With a truly stacked cast, beloved actors like William Dafoe, Dave Bautista, and Mark Hamill only appear for a couple of scenes at most. These performances leave quite an impact and work well for cementing these important figures in our minds long after we leave the theater.

Florence Pugh perhaps gives the best performance of the cast with two different performances for the same role, and she effortlessly eases into both sides of the same character. Christian Bale, just like Takuya Kimura, came back nearly twenty years later after playing Howl in 2004 to play Shoichi Maki.

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Most surprisingly, Robert Pattinson plays the role of the Grey Heron, presenting a voice that is completely unrecognizable from his past work but undeniably right for this character. This casting, alongside Bale and other previous Ghibli contributors, is an intentional choice from the collaboration of Studio Ghibli and Gkids, as mentioned in this interview with Dave Jesteadt for this article on IndieWire. The parallels with the Japanese casting fully cement this vocal dub as an interesting exchange of culture and how the creators wanted Western audiences to share a similar experience when it came to casting.

The Bottom Line

If you want the most authentic and rewarding experience for your first watch, I’d recommend the Japanese-spoken version of the film. That being said, go ahead and watch the English dub too. After you watch both, go back and watch the subtitled version again. The Boy and the Heron only increases in value every time you watch it because there is always something new to discover. It’s Miyazaki’s weirdest film yet, but it encompasses much of his life’s work while questioning his contribution to the animation industry and the world at large. If you are able, catch it in theaters while you can!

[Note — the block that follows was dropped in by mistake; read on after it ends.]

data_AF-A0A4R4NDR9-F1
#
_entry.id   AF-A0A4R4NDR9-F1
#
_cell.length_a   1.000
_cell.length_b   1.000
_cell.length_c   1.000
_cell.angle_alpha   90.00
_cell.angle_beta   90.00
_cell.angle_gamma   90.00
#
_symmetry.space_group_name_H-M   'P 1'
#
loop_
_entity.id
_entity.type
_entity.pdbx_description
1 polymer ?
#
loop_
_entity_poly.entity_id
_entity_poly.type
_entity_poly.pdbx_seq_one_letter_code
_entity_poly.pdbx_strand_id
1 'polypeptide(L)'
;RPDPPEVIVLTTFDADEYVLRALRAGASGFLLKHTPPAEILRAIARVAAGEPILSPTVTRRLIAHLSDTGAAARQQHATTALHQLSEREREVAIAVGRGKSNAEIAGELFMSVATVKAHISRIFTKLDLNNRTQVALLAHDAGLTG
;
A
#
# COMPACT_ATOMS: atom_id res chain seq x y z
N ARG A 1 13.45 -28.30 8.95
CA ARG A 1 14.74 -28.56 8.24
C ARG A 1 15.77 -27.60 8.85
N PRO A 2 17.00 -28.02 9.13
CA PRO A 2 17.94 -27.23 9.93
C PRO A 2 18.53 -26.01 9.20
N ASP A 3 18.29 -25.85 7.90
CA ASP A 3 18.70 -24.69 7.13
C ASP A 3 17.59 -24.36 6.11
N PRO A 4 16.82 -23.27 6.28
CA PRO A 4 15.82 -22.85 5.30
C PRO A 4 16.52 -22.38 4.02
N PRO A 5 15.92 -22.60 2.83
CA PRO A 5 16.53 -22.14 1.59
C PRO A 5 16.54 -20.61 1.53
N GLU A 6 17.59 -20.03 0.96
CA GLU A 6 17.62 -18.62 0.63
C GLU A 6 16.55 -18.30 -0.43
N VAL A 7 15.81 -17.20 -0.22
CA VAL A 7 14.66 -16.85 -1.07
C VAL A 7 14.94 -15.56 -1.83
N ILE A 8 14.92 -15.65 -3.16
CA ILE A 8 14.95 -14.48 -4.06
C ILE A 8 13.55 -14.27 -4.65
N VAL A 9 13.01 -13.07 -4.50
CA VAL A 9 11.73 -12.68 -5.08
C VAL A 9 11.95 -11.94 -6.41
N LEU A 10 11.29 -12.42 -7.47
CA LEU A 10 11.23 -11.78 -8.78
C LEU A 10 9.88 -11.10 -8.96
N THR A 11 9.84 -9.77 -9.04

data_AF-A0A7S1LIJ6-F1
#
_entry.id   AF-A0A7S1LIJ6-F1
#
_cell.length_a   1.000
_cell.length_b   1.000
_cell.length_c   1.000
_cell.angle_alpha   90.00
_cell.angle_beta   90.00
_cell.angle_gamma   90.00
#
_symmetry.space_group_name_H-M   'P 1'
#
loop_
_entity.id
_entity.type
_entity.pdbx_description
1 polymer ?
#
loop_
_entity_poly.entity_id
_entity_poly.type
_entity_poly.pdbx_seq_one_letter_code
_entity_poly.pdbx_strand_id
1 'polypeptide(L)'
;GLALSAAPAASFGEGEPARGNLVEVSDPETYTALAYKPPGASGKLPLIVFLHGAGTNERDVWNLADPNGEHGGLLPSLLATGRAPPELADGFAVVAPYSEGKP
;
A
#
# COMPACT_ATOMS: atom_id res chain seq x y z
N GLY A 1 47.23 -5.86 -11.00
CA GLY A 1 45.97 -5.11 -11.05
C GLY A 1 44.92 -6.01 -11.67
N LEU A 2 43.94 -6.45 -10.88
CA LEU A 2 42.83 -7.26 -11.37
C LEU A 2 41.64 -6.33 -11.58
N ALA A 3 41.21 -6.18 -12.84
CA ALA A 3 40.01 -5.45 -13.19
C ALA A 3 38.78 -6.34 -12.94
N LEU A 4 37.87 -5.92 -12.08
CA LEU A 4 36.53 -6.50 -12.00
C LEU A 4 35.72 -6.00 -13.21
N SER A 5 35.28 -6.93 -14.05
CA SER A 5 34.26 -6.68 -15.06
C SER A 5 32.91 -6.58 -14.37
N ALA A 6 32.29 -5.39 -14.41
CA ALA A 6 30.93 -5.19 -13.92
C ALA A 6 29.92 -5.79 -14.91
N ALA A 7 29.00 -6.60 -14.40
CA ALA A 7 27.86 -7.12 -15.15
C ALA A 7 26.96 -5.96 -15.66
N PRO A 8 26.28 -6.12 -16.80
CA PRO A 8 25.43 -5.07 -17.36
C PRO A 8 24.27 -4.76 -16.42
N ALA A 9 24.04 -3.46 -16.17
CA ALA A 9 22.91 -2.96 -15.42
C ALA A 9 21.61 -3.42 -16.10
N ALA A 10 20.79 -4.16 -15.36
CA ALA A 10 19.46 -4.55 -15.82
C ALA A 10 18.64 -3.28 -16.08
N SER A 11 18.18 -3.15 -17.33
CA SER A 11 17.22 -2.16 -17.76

The Boy and the Heron is playing in theaters now, both subbed and dubbed. You can find out if it’s playing at a theater near you on GKids’ website.

About The Boy and the Heron

The Boy and the Heron - Domestic Release Poster

Release: December 8, 2023
Original Story and Screenplay Written and Directed By: Hayao Miyazaki
Producer: Toshio Suzuki
Music: Joe Hisaishi
Sound Designer/Re-Recording Mixer: Koji Kasamatsu
Supervising Animator: Takeshi Honda
Art Director: Yoji Takeshige
Production: Studio Ghibli
Distribution: GKIDS
Japanese Voice Cast: Soma Santoki, Masaki Suda, Ko Shibasaki, AIMYON, Yoshino Kimura, Takuya Kimura, Jun Kunimura, Shohei Hino
English Dub Cast: Christian Bale, Dave Bautista, Gemma Chan, Willem Dafoe, Karen Fukuhara, Mark Hamill, Robert Pattinson and Florence Pugh

Synopsis: After losing his mother during the war, young Mahito moves to his family’s estate in the countryside. There, a series of mysterious events lead him to a secluded and ancient tower, home to a mischievous gray heron. When Mahito’s new stepmother disappears, he follows the gray heron into the tower and enters a fantastic world shared by the living and the dead. As he embarks on an epic journey with the heron as his guide, Mahito must uncover the secrets of this world and the truth about himself.

Which version of The Boy and the Heron do you prefer? What do you think about Studio Ghibli’s past English dubs? Let us know on social media!

KEEP READING: The Boy and The Heron Review – Not The Best 1st Miyazaki Film to Watch


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Ian Lloyd

Ian Lloyd enjoys surrounding himself with outdated technology and pretending to have good opinions. He loves watching movies that everyone else hates as well as films that no one cares about - except for him. But by far, his favorite thing in the world is to write down all the nonsense in his head that he is constantly thinking about and labeling it as a "review" for "people" to "read".